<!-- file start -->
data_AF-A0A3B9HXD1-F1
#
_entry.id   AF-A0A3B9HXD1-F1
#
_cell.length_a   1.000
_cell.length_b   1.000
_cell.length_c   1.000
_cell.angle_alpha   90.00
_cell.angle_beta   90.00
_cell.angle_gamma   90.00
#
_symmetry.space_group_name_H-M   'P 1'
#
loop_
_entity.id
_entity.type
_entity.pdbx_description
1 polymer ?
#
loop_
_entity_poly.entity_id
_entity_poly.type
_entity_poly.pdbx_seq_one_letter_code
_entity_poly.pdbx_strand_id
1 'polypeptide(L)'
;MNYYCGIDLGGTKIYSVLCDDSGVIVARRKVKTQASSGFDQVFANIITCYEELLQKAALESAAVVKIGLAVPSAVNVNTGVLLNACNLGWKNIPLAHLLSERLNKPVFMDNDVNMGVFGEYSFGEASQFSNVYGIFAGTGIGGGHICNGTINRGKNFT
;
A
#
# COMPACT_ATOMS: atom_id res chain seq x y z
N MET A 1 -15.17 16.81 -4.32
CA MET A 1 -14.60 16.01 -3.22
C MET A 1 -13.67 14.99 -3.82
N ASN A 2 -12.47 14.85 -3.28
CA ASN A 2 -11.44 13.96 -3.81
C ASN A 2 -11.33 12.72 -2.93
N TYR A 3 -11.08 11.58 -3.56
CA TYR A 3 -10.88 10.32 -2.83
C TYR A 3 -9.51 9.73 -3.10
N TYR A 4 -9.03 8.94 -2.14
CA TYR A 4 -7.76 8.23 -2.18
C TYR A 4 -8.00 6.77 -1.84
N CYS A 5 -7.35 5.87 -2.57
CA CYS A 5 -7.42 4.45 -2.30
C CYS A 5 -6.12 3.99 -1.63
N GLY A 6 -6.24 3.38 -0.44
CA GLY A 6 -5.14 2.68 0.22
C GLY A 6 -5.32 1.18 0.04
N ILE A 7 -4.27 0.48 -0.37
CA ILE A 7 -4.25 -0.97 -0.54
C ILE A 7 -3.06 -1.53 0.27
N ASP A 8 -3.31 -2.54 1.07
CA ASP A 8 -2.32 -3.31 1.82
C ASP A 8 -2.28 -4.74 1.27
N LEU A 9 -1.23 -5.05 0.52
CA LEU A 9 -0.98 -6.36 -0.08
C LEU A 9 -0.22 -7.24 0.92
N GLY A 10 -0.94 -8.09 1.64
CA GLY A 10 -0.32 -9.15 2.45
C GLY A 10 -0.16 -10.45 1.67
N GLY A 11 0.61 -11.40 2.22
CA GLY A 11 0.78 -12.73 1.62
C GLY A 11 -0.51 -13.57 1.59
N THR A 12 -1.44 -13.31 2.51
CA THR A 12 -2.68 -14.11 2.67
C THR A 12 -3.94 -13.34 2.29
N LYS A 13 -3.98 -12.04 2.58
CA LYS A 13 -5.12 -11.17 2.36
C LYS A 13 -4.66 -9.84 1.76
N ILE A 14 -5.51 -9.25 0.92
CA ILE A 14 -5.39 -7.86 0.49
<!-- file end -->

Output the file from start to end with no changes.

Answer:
data_AF-A0A3B9HXD1-F1
#
_entry.id   AF-A0A3B9HXD1-F1
#
_cell.length_a   1.000
_cell.length_b   1.000
_cell.length_c   1.000
_cell.angle_alpha   90.00
_cell.angle_beta   90.00
_cell.angle_gamma   90.00
#
_symmetry.space_group_name_H-M   'P 1'
#
loop_
_entity.id
_entity.type
_entity.pdbx_description
1 polymer ?
#
loop_
_entity_poly.entity_id
_entity_poly.type
_entity_poly.pdbx_seq_one_letter_code
_entity_poly.pdbx_strand_id
1 'polypeptide(L)'
;MNYYCGIDLGGTKIYSVLCDDSGVIVARRKVKTQASSGFDQVFANIITCYEELLQKAALESAAVVKIGLAVPSAVNVNTGVLLNACNLGWKNIPLAHLLSERLNKPVFMDNDVNMGVFGEYSFGEASQFSNVYGIFAGTGIGGGHICNGTINRGKNFT
;
A
#
# COMPACT_ATOMS: atom_id res chain seq x y z
N MET A 1 -15.17 16.81 -4.32
CA MET A 1 -14.60 16.01 -3.22
C MET A 1 -13.67 14.99 -3.82
N ASN A 2 -12.47 14.85 -3.28
CA ASN A 2 -11.44 13.96 -3.81
C ASN A 2 -11.33 12.72 -2.93
N TYR A 3 -11.08 11.58 -3.56
CA TYR A 3 -10.88 10.32 -2.83
C TYR A 3 -9.51 9.73 -3.10
N TYR A 4 -9.03 8.94 -2.14
CA TYR A 4 -7.76 8.23 -2.18
C TYR A 4 -8.00 6.77 -1.84
N CYS A 5 -7.35 5.87 -2.57
CA CYS A 5 -7.42 4.45 -2.30
C CYS A 5 -6.12 3.99 -1.63
N GLY A 6 -6.24 3.38 -0.44
CA GLY A 6 -5.14 2.68 0.22
C GLY A 6 -5.32 1.18 0.04
N ILE A 7 -4.27 0.48 -0.37
CA ILE A 7 -4.25 -0.97 -0.54
C ILE A 7 -3.06 -1.53 0.27
N ASP A 8 -3.31 -2.54 1.07
CA ASP A 8 -2.32 -3.31 1.82
C ASP A 8 -2.28 -4.74 1.27
N LEU A 9 -1.23 -5.05 0.52
CA LEU A 9 -0.98 -6.36 -0.08
C LEU A 9 -0.22 -7.24 0.92
N GLY A 10 -0.94 -8.09 1.64
CA GLY A 10 -0.32 -9.15 2.45
C GLY A 10 -0.16 -10.45 1.67
N GLY A 11 0.61 -11.40 2.22
CA GLY A 11 0.78 -12.73 1.62
C GLY A 11 -0.51 -13.57 1.59
N THR A 12 -1.44 -13.31 2.51
CA THR A 12 -2.68 -14.11 2.67
C THR A 12 -3.94 -13.34 2.29
N LYS A 13 -3.98 -12.04 2.58
CA LYS A 13 -5.12 -11.17 2.36
C LYS A 13 -4.66 -9.84 1.76
N ILE A 14 -5.51 -9.25 0.92
CA ILE A 14 -5.39 -7.86 0.49